FIG. 41 includes a minus effort direction value. In FIG. 41, intent information 450 is received from the order section. The third exemplary embodiment determines an intent information loosening method based on the total number of generated intermediate job tickets. FIG. 41 shows three intermediate job tickets. Namely, the total number of generated intermediate job tickets is three. Intermediate job ticket 451 includes modified intent conditions. Intermediate job ticket 452 includes conditions modified from the intermediate job ticket 451. Furthermore, intermediate job ticket 453 includes conditions modified from the intermediate job ticket 452.

In other words, first conversion processing generates the intermediate job ticket 451, second conversion processing generates the intermediate job ticket 452, and third conversion processing generates the intermediate job ticket 453.

As shown in FIG. 41, the intent condition loosening method of the present embodiment includes equally dividing the initial value range 404 by (predetermined number+1) to obtain a division unit range, and updating the lower limit value of the effort direction in increments of the obtained division unit range in response to each generation of the intermediate job ticket. The upper limit values 442, 445, and 448 are unchanged compared to the initial upper limit value 403 of the intent information. On the other hand, if the effort direction value has a plus value, it is preferable to update the upper limit value of the effort direction in the same manner. The intent conditions of the intermediate job ticket 451 are intent conditions 440 to 442 into which intent conditions 402 to 403 are converted. Similarly, the intent conditions of the intermediate job ticket 452 are intent conditions 443 to 445 into which intent conditions 440 to 442 are converted. And, the intent conditions of the intermediate job ticket 453 are intent conditions 446 to 448 into which intent conditions 443 to 445 are converted.

The intent condition loosening method according to the third exemplary embodiment is effectively used when the value range designated in the intent information is finite because the designated search range can be uniformly changed. As described above, if intent information having a finite value range is designated, the present embodiment can search candidate process information in a wider range.

Furthermore, software program code (i.e., program code corresponding to the exemplary flowcharts) for realizing the functions of the above-described exemplary embodiments can be supplied directly or remotely to a system or an apparatus connected to various devices. A computer (or CPU or micro-processing unit (MPU)) in the system or the apparatus can execute the program to operate the devices to realize the functions of the above-described exemplary embodiments. Accordingly, the present invention encompasses the program code installable in a computer when the functions or processes of the exemplary embodiments can be realized by the computer.

In this case, the program code itself can realize the functions of the exemplary embodiments. The equivalents of programs can be used if they possess comparable functions. Furthermore, the present invention encompasses supplying the program code to a computer, such as a storage (or recording) medium storing the program code. In this case, the type of program can be any one of object code, interpreter program, and OS script data. A storage medium supplying the program can be selected from any one of a flexible (floppy) disk, a hard disk, an optical disk, a magneto-optical (MO) disk, a compact disk-ROM (CD-ROM), a CD-recordable (CD-R), a CD-rewritable (CD-RW), a magnetic tape, a nonvolatile memory card, a ROM, and a DVD (DVD-ROM, DVD-R).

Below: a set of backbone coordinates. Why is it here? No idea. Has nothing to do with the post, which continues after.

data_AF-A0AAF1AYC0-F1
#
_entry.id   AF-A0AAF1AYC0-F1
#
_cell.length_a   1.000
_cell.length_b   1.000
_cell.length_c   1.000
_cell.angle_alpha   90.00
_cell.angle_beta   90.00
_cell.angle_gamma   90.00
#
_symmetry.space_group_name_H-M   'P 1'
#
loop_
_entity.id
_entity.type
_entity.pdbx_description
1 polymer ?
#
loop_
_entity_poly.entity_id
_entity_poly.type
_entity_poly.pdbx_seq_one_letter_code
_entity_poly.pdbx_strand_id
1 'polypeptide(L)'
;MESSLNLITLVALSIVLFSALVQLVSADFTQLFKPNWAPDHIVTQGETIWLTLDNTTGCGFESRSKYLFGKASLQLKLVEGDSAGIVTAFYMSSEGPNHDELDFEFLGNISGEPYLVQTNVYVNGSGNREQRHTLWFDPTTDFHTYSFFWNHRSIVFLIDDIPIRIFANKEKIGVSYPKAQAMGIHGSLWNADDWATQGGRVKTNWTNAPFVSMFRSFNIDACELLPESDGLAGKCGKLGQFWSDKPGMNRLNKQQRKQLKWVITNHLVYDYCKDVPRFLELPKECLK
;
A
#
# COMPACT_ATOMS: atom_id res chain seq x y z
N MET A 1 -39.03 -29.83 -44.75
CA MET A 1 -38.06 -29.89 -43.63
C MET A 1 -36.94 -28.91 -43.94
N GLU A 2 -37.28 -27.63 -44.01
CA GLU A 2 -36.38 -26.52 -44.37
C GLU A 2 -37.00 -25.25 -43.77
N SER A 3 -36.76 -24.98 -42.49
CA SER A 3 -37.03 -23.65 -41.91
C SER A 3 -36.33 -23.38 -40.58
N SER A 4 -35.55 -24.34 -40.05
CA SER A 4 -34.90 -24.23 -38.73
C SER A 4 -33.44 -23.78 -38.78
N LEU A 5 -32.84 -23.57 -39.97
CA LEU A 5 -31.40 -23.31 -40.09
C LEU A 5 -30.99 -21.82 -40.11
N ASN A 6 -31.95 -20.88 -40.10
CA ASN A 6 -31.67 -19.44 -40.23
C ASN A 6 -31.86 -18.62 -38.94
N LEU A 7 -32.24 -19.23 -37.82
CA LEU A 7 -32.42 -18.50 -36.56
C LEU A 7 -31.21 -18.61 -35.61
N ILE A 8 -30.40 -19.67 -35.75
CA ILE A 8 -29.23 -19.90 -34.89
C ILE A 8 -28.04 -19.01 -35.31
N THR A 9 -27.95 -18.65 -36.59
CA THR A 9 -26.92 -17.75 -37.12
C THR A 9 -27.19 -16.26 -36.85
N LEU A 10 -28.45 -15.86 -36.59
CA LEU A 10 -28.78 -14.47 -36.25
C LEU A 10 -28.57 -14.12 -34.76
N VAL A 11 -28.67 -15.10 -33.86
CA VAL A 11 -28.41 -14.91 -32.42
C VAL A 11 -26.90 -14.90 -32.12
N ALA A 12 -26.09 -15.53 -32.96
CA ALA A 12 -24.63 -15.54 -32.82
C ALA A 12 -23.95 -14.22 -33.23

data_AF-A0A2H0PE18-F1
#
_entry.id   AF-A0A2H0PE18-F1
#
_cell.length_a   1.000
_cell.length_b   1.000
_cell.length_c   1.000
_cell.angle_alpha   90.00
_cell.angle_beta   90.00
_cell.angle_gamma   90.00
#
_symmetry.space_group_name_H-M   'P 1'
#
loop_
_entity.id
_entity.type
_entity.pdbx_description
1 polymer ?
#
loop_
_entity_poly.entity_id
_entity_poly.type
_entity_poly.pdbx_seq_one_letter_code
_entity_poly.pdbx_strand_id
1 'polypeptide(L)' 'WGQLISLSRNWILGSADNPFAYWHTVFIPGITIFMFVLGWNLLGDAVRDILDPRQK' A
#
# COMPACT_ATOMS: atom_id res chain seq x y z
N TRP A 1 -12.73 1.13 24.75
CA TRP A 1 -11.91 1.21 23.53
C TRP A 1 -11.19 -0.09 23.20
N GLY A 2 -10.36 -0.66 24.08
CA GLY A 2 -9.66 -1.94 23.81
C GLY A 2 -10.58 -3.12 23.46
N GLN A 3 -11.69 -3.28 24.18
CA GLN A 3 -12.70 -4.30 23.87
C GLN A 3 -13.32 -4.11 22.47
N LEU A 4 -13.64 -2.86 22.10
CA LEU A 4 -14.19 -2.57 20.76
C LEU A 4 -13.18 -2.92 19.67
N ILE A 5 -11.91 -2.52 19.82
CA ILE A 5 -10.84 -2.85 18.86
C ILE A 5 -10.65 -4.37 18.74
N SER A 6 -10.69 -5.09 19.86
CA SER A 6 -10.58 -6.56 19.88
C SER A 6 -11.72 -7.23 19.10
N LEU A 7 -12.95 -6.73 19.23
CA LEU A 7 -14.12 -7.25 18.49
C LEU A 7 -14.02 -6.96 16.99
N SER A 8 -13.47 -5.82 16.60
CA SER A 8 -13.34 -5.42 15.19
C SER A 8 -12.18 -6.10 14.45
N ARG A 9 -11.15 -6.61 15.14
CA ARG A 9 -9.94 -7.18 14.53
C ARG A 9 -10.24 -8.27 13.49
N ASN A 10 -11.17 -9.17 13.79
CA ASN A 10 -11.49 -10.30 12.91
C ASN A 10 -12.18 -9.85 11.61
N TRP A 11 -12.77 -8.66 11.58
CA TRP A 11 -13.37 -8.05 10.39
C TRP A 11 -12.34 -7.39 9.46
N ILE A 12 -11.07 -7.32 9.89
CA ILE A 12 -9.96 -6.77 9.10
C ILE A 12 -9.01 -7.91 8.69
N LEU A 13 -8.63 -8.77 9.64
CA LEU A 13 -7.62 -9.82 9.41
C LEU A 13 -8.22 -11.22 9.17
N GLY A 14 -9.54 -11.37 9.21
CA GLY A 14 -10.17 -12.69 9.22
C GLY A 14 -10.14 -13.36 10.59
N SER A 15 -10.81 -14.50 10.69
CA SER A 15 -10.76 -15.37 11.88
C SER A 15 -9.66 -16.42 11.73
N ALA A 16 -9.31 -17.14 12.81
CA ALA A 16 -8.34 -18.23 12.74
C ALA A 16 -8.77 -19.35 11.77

The method for supplying the program includes accessing a web site on the Internet using the browsing function of a client computer, when the web site allows each user to download the computer program of the present invention, or compressed files of the programs having automatic installing functions, to a hard disk or other recording medium of the user.

Furthermore, the program code constituting the programs of the present invention can be divided into a plurality of files so that respective files are downloadable from different web sites. Namely, the present invention encompasses WWW servers that allow numerous users to download the program files so that the functions or processes of the present invention can be realized on their computers.

Next, enciphering the programs of the present invention and storing the enciphered programs on a CD-ROM or comparable recording medium is an exemplary method when the programs of the present invention are distributed to the users. The authorized users (i.e., users satisfying predetermined conditions) are allowed to download key information from a page on the Internet. The users can decipher the programs with the obtained key information and can install the programs on their computers. When the computer reads and executes the installed programs, the functions of the above-described exemplary embodiments can be realized.

Moreover, an operating system (OS) or other application software running on the computer can execute part or all of the actual processing based on instructions of the programs.

Additionally, the program code read out of a storage medium can be written into a memory of a function expansion board equipped in a computer or into a memory of a function expansion unit connected to the computer. In this case, based on an instruction of the program, a CPU provided on the function expansion board or the function expansion unit can execute part or all of the processing so that the functions of the above-described exemplary embodiments can be realized.

The present invention can be applied to a system including plural devices or can be applied to a single apparatus.

While the present invention has been described with reference to exemplary embodiments, it is to be understood that the invention is not limited to the disclosed exemplary embodiments. The scope of the following claims is to be accorded the broadest interpretation so as to encompass all modifications, equivalent structures, and functions.

This application claims priority from Japanese Patent Application No. 2006-091228 filed Mar. 29, 2006, which is hereby incorporated by reference herein in its entirety.